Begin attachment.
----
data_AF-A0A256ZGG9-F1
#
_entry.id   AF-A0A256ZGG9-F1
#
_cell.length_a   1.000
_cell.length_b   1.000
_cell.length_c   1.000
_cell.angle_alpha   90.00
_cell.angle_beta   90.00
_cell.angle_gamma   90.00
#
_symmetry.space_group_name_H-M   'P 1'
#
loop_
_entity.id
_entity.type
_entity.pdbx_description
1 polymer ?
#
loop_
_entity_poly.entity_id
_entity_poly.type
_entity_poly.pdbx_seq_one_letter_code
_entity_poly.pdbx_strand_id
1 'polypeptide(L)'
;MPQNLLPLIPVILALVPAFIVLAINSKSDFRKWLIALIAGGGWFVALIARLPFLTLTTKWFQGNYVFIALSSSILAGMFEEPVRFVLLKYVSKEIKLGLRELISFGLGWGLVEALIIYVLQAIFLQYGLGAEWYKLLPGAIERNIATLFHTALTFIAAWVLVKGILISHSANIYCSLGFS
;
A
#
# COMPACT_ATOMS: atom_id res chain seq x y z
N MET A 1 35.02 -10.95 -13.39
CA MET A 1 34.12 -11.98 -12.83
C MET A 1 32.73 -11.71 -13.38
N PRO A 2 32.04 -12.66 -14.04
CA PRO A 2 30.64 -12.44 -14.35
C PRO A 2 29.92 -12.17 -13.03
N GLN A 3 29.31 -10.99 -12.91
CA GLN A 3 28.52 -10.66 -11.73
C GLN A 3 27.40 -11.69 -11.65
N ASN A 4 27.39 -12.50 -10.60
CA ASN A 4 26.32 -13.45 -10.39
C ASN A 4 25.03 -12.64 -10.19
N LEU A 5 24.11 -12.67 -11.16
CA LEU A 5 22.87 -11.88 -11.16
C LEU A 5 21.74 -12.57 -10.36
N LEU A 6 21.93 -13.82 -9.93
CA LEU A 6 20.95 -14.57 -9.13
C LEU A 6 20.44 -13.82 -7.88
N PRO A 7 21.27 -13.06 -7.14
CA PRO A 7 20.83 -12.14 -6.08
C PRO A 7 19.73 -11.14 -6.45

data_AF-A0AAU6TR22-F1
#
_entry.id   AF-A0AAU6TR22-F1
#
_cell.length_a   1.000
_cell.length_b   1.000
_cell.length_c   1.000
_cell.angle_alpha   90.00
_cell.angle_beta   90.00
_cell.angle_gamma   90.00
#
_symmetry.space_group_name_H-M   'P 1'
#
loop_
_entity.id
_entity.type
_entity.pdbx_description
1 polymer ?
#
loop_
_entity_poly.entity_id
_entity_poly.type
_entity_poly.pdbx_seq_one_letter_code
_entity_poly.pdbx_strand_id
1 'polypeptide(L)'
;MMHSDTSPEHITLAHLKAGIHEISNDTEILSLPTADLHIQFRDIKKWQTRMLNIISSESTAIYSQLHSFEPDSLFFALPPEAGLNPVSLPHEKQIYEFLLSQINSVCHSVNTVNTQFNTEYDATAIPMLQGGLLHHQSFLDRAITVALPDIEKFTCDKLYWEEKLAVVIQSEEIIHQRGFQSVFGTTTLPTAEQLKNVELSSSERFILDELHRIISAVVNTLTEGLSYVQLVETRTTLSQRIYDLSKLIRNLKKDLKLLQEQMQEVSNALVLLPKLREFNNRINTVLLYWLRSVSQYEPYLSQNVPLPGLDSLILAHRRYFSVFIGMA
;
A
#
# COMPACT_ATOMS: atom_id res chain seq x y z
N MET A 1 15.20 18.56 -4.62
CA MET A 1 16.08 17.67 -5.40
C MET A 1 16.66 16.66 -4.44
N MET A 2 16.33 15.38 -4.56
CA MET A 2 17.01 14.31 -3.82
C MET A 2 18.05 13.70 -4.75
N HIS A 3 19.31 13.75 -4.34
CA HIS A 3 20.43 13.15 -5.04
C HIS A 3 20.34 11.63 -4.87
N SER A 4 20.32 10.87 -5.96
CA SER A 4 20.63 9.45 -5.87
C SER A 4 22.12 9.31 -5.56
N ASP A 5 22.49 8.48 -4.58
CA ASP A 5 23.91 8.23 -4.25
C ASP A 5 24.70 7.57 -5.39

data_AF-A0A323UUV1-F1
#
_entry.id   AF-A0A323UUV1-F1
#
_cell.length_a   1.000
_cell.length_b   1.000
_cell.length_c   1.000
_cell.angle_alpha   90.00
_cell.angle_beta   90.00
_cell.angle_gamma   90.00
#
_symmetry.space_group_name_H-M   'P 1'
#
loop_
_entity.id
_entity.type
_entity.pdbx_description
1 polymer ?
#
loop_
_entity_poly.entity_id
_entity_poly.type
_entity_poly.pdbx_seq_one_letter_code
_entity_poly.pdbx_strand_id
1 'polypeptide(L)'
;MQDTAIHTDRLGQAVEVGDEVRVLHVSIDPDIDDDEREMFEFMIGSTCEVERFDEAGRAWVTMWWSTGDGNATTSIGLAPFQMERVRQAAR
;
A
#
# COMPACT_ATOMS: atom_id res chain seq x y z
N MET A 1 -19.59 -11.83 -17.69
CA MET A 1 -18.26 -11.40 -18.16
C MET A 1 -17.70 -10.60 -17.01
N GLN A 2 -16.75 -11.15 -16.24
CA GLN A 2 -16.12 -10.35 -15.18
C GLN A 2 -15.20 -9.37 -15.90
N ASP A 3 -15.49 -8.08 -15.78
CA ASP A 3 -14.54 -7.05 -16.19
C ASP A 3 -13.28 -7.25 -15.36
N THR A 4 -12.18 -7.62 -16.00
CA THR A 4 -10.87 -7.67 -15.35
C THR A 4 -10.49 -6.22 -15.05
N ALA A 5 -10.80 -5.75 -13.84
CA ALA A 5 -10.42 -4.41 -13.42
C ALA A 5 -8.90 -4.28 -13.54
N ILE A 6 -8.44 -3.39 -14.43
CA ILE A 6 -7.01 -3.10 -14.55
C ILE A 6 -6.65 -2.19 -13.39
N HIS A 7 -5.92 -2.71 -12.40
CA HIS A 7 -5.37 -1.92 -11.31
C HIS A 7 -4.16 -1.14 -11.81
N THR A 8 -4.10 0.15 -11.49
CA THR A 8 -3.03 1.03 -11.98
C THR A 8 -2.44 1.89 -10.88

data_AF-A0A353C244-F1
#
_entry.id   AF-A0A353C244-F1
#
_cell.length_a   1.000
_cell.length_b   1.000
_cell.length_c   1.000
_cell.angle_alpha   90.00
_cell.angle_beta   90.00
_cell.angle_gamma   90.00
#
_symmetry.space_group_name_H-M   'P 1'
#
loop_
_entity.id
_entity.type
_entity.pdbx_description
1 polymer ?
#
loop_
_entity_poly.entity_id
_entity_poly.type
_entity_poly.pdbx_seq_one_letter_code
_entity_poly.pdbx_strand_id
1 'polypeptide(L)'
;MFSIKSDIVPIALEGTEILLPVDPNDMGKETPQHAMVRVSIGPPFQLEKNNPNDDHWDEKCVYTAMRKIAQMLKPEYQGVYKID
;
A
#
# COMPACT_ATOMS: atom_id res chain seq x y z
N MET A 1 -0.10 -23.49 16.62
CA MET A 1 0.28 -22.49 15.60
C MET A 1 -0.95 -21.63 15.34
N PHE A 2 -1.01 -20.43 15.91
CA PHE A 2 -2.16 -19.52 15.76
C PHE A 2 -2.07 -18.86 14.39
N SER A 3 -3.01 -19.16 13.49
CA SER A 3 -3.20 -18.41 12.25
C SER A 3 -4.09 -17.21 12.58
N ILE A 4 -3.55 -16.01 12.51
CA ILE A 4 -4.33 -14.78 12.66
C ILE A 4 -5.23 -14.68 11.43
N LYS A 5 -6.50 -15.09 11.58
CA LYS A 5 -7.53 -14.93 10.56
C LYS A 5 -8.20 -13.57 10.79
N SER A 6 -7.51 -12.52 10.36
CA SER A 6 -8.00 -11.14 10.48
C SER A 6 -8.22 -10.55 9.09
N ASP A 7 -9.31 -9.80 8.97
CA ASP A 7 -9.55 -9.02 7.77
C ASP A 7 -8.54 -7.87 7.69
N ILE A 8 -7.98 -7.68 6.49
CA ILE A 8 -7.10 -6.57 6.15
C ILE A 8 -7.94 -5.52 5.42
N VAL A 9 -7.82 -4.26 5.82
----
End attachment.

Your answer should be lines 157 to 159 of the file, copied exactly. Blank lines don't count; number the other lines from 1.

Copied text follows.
_cell.length_c   1.000
_cell.angle_alpha   90.00
_cell.angle_beta   90.00